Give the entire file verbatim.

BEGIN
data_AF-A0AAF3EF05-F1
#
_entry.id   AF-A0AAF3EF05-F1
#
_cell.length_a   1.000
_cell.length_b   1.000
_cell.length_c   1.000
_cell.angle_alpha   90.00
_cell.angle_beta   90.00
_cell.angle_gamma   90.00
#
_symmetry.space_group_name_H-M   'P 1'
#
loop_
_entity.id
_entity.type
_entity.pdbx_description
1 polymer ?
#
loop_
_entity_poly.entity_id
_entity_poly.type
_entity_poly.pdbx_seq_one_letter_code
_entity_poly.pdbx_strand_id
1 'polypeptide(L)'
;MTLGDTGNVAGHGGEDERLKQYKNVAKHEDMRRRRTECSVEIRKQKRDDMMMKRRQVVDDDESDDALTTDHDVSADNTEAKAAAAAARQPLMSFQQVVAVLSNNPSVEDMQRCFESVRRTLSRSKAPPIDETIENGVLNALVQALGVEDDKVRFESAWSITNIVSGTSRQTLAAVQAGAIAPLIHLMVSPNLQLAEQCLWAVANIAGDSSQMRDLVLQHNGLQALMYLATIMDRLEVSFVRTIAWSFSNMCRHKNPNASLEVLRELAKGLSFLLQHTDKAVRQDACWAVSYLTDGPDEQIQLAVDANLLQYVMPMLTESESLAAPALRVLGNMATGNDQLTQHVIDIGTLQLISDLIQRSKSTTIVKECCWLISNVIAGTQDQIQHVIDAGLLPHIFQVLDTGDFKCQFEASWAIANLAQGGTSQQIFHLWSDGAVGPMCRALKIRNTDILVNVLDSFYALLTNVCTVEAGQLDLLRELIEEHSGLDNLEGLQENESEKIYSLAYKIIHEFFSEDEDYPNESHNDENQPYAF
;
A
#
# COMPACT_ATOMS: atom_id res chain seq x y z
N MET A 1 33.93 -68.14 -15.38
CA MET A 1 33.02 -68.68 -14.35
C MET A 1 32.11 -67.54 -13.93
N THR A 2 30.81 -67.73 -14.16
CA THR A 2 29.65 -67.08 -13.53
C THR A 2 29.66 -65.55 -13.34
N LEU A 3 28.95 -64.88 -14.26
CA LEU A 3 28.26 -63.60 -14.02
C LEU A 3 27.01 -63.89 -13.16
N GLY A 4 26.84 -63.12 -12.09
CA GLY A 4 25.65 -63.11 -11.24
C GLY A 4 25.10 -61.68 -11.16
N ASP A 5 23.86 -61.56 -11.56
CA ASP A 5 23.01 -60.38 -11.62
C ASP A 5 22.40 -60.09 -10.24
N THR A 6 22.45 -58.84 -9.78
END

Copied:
data_AF-A0AAF3EF05-F1
#
_entry.id   AF-A0AAF3EF05-F1
#
_cell.length_a   1.000
_cell.length_b   1.000
_cell.length_c   1.000
_cell.angle_alpha   90.00
_cell.angle_beta   90.00
_cell.angle_gamma   90.00
#
_symmetry.space_group_name_H-M   'P 1'
#
loop_
_entity.id
_entity.type
_entity.pdbx_description
1 polymer ?
#
loop_
_entity_poly.entity_id
_entity_poly.type
_entity_poly.pdbx_seq_one_letter_code
_entity_poly.pdbx_strand_id
1 'polypeptide(L)'
;MTLGDTGNVAGHGGEDERLKQYKNVAKHEDMRRRRTECSVEIRKQKRDDMMMKRRQVVDDDESDDALTTDHDVSADNTEAKAAAAAARQPLMSFQQVVAVLSNNPSVEDMQRCFESVRRTLSRSKAPPIDETIENGVLNALVQALGVEDDKVRFESAWSITNIVSGTSRQTLAAVQAGAIAPLIHLMVSPNLQLAEQCLWAVANIAGDSSQMRDLVLQHNGLQALMYLATIMDRLEVSFVRTIAWSFSNMCRHKNPNASLEVLRELAKGLSFLLQHTDKAVRQDACWAVSYLTDGPDEQIQLAVDANLLQYVMPMLTESESLAAPALRVLGNMATGNDQLTQHVIDIGTLQLISDLIQRSKSTTIVKECCWLISNVIAGTQDQIQHVIDAGLLPHIFQVLDTGDFKCQFEASWAIANLAQGGTSQQIFHLWSDGAVGPMCRALKIRNTDILVNVLDSFYALLTNVCTVEAGQLDLLRELIEEHSGLDNLEGLQENESEKIYSLAYKIIHEFFSEDEDYPNESHNDENQPYAF
;
A
#
# COMPACT_ATOMS: atom_id res chain seq x y z
N MET A 1 33.93 -68.14 -15.38
CA MET A 1 33.02 -68.68 -14.35
C MET A 1 32.11 -67.54 -13.93
N THR A 2 30.81 -67.73 -14.16
CA THR A 2 29.65 -67.08 -13.53
C THR A 2 29.66 -65.55 -13.34
N LEU A 3 28.95 -64.88 -14.26
CA LEU A 3 28.26 -63.60 -14.02
C LEU A 3 27.01 -63.89 -13.16
N GLY A 4 26.84 -63.12 -12.09
CA GLY A 4 25.65 -63.11 -11.24
C GLY A 4 25.10 -61.68 -11.16
N ASP A 5 23.86 -61.56 -11.56
CA ASP A 5 23.01 -60.38 -11.62
C ASP A 5 22.40 -60.09 -10.24
N THR A 6 22.45 -58.84 -9.78